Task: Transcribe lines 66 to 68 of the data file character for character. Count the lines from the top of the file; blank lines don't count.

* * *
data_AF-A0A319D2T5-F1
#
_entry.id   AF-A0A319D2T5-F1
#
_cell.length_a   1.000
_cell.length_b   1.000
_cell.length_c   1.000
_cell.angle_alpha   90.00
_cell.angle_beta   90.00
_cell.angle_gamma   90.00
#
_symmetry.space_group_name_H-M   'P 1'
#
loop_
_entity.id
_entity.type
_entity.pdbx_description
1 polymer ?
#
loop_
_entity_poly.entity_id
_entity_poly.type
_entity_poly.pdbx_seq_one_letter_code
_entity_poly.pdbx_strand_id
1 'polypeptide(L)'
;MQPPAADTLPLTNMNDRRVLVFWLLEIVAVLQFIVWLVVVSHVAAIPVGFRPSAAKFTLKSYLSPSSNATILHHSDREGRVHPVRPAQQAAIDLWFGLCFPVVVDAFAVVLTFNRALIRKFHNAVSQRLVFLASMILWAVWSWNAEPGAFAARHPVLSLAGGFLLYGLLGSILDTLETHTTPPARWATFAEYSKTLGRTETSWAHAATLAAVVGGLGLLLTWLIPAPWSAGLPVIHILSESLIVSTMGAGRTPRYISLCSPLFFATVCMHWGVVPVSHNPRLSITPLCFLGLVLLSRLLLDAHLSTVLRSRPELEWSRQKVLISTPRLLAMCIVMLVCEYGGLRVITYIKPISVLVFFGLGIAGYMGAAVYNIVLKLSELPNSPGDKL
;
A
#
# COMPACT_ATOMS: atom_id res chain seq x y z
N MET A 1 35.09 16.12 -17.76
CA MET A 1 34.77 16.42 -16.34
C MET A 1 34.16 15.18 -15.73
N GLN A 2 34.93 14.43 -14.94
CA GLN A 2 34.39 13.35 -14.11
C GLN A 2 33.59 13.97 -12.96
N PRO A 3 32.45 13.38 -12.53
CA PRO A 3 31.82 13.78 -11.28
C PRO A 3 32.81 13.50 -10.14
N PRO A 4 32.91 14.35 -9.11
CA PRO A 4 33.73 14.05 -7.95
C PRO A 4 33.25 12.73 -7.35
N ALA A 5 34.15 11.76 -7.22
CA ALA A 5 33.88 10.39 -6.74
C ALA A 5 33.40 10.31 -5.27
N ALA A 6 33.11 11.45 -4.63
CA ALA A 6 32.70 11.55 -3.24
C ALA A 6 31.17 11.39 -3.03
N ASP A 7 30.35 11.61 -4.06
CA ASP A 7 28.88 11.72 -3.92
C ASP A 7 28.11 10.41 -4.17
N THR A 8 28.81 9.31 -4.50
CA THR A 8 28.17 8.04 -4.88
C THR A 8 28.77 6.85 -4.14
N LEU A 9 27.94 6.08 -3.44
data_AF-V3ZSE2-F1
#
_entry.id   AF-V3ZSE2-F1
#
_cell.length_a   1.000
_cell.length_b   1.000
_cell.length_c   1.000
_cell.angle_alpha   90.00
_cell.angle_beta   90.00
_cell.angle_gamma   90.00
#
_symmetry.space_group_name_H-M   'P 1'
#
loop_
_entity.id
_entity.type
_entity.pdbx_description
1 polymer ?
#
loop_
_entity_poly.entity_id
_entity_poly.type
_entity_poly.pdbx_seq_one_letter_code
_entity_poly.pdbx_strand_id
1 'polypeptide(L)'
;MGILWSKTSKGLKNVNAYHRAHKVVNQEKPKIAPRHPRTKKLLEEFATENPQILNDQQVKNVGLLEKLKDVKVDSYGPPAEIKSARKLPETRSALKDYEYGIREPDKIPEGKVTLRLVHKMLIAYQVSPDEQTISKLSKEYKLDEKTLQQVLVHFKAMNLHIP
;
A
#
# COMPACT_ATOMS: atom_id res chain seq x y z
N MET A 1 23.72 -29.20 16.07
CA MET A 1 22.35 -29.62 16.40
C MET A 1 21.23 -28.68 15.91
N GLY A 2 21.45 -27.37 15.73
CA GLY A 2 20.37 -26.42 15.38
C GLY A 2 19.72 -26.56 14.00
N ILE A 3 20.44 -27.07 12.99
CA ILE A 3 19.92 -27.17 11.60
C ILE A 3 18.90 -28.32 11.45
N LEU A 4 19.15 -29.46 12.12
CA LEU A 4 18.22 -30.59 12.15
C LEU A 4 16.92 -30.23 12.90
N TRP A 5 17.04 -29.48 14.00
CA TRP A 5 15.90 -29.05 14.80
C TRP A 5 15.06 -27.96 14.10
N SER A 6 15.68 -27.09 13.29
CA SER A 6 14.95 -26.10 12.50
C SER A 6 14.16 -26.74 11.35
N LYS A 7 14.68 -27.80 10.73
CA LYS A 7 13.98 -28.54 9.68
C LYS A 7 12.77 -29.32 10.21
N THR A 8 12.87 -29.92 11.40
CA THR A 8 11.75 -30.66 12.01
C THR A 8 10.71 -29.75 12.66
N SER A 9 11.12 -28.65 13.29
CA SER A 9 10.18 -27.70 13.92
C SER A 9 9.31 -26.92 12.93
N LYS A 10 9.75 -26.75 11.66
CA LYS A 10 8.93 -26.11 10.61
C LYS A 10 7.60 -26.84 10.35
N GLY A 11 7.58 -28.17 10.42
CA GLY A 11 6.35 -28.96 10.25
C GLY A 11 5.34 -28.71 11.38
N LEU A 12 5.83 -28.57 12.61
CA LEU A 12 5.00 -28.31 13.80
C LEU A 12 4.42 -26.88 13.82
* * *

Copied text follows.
#
_symmetry.space_group_name_H-M   'P 1'
#